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Old 25th February 2005, 07:03 AM   #1
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Default Cabinet construction tips needed

Hello,

I plan on building the Fostex 208ES enclosure as described on the Fostex website. I'm unfortunately unable to get my hands on birch plywood (I live in Thailand), so I'll stick to MDF.

- Is there a need to apply sealer to the MDF inside the cabinet to ensure long term stability against humidity, bugs, etc?

- If I seal+paint the inside of the horn mouth, will there be any impact on the sound?

- Should I directly solder the internal cables to the drivers' posts, or use clips instead?

Thanks a lot,
Guillaume
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Old 25th February 2005, 05:52 PM   #2
Sherman is offline Sherman  United States
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Default Re: Cabinet construction tips needed

Quote:
Originally posted by guillaume
Hello,

I plan on building the Fostex 208ES enclosure as described on the Fostex website. I'm unfortunately unable to get my hands on birch plywood (I live in Thailand), so I'll stick to MDF.

- Is there a need to apply sealer to the MDF inside the cabinet to ensure long term stability against humidity, bugs, etc?

- If I seal+paint the inside of the horn mouth, will there be any impact on the sound?

- Should I directly solder the internal cables to the drivers' posts, or use clips instead?

Thanks a lot,
Guillaume
Guillaume,
MDF is relatively unaffected by humidity compared to a lot of wood products, but since Thailand is *very* humid it wouldn't hurt to seal the MDF. Don't forget the cut edges as well. I think I would also use a waterproof or water resistant glue. I don't know about bugs attacking it but since it is a wood/paper product I would think it is possible.

It shouldn't affect the sound, the surface of MDF is pretty hard and reflective anyway. If it does cause a problem you could then overpaint with something softer or use damping material.

I would recommend soldering the wires. Clips are nice when experimenting and testing but once you have it ready to go use solder. The clips will oxidize over time (especially with the humidity) and that will affect their ability to conduct the signal.
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Old 26th February 2005, 04:09 AM   #3
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I've heard a number of horn guys recommend not to use MDF for horns. The feedback was that they were too dead sounding.
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Old 26th February 2005, 04:30 AM   #4
GM is offline GM  United States
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Greets!

Yeah, it can suck the life out of the music, but if no-void ply isn't available, then I recommend gluing one or more layers as required to the outside to increase rigidity. A ~1.125" ( ~29mm) thickness of MDF has ~the same MOE of 19mm BB ply. The internal baffles should be OK since they aren't very wide. Due to the thickness, chamfering the backside of the driver mounting hole at >45deg. is required.

GM
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Old 26th February 2005, 05:11 AM   #5
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Quote:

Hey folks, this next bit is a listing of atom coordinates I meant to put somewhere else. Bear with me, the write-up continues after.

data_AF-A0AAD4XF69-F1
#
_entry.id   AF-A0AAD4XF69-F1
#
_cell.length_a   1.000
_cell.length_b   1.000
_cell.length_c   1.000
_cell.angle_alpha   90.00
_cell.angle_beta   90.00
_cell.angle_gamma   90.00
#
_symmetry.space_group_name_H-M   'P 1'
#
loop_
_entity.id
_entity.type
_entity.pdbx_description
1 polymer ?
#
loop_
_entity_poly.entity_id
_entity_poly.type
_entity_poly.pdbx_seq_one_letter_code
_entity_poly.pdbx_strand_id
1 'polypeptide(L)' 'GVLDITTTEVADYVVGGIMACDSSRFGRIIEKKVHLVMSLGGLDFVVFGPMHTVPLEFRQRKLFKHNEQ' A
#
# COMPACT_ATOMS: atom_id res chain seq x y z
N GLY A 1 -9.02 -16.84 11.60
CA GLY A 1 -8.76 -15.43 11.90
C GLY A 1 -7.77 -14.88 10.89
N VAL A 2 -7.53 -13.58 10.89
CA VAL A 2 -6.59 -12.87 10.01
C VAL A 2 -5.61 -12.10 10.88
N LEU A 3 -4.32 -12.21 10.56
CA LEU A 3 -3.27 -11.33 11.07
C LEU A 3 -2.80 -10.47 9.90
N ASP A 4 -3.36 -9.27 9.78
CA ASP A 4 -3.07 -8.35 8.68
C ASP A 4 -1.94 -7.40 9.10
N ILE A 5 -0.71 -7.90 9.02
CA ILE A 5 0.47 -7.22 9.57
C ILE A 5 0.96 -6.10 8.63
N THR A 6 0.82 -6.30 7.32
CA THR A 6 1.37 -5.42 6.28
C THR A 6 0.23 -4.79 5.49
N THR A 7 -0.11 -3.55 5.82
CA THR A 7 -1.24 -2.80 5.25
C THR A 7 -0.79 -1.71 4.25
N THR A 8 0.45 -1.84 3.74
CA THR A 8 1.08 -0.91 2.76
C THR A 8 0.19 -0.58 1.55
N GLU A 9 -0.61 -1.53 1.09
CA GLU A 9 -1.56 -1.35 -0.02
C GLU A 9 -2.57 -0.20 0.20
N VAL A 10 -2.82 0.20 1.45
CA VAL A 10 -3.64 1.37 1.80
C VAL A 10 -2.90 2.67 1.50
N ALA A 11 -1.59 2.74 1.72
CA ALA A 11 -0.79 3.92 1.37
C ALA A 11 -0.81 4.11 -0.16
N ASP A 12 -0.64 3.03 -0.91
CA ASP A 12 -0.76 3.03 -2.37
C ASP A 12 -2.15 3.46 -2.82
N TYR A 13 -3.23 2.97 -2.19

Originally posted by johninCR
I've heard a number of horn guys recommend not to use MDF for horns. The feedback was that they were too dead sounding.
Is this to suggest that the ringing of the horn is an asset? Isn't that sort of like saying that the best speaker enclosure is an acoustic guitar body because it has a nice tone? And, wait, the tone would be better if you left the strings on and the mid driver blew right across them.
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Old 26th February 2005, 08:18 AM   #6
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Quote:
Originally posted by Bill Fitzpatrick


Is this to suggest that the ringing of the horn is an asset? Isn't that sort of like saying that the best speaker enclosure is an acoustic guitar body because it has a nice tone? And, wait, the tone would be better if you left the strings on and the mid driver blew right across them.

That's not what I was suggesting at all, however I would suggest that for horns other than maybe bass horns, the construction material will color the sound and if I was going through the trouble of building a nice horn I definitely would not want it's sound to be the color of MDF.
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Old 26th February 2005, 08:38 AM   #7
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Well, MDF may not be the material of choice but certainly you will admit that dead is the name of the game?
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Old 26th February 2005, 06:28 PM   #8
GM is offline GM  United States
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Quote:
but certainly you will admit that dead is the name of the game?
As stated, only for very high Q systems. For the rest, it's rigidity, ergo 'dead' would only be applicable during the rigor mortis stage. Indeed, a body in rigor is the ideal 'construction', i.e. max mechanical efficiency with a high DF.

GM
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Old 26th February 2005, 06:34 PM   #9
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Semantics. You know what I mean.
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Old 2nd March 2005, 01:40 PM   #10
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I could not get birch ply here too, so I used a commercially available ply which is just a bit more than 3/4" in thickness. Worked well, I think. Finished the cab with several coats of polyutherane. Sanded down and coated again. The cabs have stood up to some very high humidity without any warping or peeling.

Better than any previous cabs we made with MDF.
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